I grew up always wanting to be a little bit thinner, a little bit sexier, and a little bit stronger.
This meant that through a substantial chunk of my life, I tried to diet. Honestly, my weight didn’t bother me that much until I started to feel unhappy in other areas of my life. The more I faced challenges in my career, the more I relied on my weight and body to make me feel happier. The more I was stuck or stressed, the more I tried to use food for comfort and feel a sense of control.
Fast forward to today, I am an intuitive eater happy with my weight and my body. I don’t have cravings, I eat all foods (chocolate and vegetables!) and I don’t mindlessly eat to fill an emotional void.
Looking back, there were five milestone aha-moments in my journey that helped me develop this healthier relationship with food and stop emotional eating.
Here are 5 Life-Changing Truths to Stop Emotional Eating:
Overeating (emotional, binge, or stress eating) is a symptom of a larger missing piece in life. If you can find the missing piece, the problem will go away really quickly.
Emotional, binge, or stress eating all start as a coping mechanism to help us feel better. Instead of dealing with the stress head-on, we prefer to avoid the anxiety it causes so we turn to food to deal with the pain.
For me, it was the stress of wanting to live my life more fully than just being part of the rat race. What could the equivalent be for you?
- Could it be the stress of a demanding boss or the fear of losing your job?
- Could it be financial worries?
- Could it be not being fulfilled by the relationships you have, knowing you can do better or feeling lonely?
- Could it be holding yourself back from living up to your full potential?
To feel satisfied with life, we need to feel stable financially, have fulfilling relationships, high self-esteem, and know that we are living our best lives each and every day.
Just realizing that we might not be exactly where we want in one of these areas can help us formulate a plan to find the missing piece and stop using food to fill the void.
You are so much more than your weight or your body size.
Why do so many of us define ourselves by our weight and our body size? I did too despite having many other successes in life.
You have many other achievements to be proud of. You are a wonderful mother, sister, daughter, and friend. These are far more important in helping you feel happy, satisfied and fulfilled, so focus on these instead of society’s arbitrary body size comparisons.
The next time you wake up in the morning and wish your tummy was a little smaller stand up a little straighter, put on your sexy clothes and smile confidently into the mirror. You are already a winner and a pretty awesome one at that!
Living healthy is a lifestyle change, not a short-term weight loss effort.
For the longest time, I labeled my diet efforts as wanting to get healthier. In reality, I was always looking for the quick win.
However, most of us don’t want to diet our entire life, we want to live a relaxed life around food, eating all the things we like but without jeopardizing our health.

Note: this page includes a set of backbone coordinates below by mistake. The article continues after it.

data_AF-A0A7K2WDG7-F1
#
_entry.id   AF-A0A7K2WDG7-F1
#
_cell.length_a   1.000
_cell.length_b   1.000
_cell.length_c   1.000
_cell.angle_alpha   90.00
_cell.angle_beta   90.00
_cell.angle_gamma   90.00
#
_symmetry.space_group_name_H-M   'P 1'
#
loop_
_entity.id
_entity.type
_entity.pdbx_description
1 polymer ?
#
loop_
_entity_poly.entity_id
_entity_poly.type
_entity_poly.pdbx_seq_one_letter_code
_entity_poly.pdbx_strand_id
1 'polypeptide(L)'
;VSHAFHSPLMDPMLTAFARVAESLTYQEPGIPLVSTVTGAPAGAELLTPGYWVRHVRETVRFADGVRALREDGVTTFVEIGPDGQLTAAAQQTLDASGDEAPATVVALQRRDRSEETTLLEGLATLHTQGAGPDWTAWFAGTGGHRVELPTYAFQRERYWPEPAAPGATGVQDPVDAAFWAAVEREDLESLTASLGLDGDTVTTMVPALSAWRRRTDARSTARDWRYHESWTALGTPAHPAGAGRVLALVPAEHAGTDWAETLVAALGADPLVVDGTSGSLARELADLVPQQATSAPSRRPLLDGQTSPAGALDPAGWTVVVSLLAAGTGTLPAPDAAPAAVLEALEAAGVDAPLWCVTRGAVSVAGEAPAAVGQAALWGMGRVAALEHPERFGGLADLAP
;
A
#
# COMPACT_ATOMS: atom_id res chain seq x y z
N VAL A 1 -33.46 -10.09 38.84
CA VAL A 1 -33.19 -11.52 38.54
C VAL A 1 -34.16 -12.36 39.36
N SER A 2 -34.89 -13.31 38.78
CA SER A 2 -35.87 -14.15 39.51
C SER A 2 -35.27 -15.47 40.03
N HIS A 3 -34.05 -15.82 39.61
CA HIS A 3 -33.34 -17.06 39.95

A more sustainable and happy way to live is to embrace eating intuitively. Similar to how toddlers eat when they are hungry and stop when they are full, being in touch with our physical hunger and satiety cues will help us eat just the right food in the right quantities instead of relying on diets or calorie counting.
Living this way requires changing our mindsets from being diet-first to health-first and realizing that health is a way of living for the long-term, not a short-term weight loss struggle.
There is a pleasure in food that can’t be replicated elsewhere. Enjoy it and stop restricting “bad” foods.
The diet and weight-loss industry have labeled foods good and bad, so we try to minimize the bad food that we so love like cakes, chips, and cookies. Evolutionarily, we are primed to want things we can’t have, so we eventually end up bingeing on the very things we are trying to avoid. By doing this, we are also taking away from the pleasure of enjoying food.
Have you ever noticed how a child eats a lollipop? They enjoy not just the taste of it, but the experience of licking it, the different colors, the rush of the sugar through their body, you can see the happiness twinkling in their eyes.
Instead of trying to eat only good foods and avoid bad foods, putting the childlike fun of eating back into everything we eat is a much happier way of enjoying food without being obsessed with it.
When I eat for pleasure, I find that I am satisfied with smaller portions of foods and feel happy when I’m done eating instead of guilty and sick.
Be patient and let self-compassion (not self-criticism) guide your way.
Changing our mindsets to think health-first, embracing intuitive eating, and figuring out life’s missing pieces all take time. Years of dieting have conditioned us to expect instant results. When we don’t see progress quickly, we feel like failures and lose confidence, comparing ourselves to others or criticizing our lack of willpower.
Realizing that healing our relationship with food is a long process filled with ups and downs helps us stay patient and kind to ourselves even when we fall off-track. With time, we can finally become the people we’ve always wanted to be, happy, satisfied, relaxed, and confident not just around food but also in ourselves.
Which of these life lessons to stop emotional eating struck a chord with you? Please share your thoughts in the comments section below!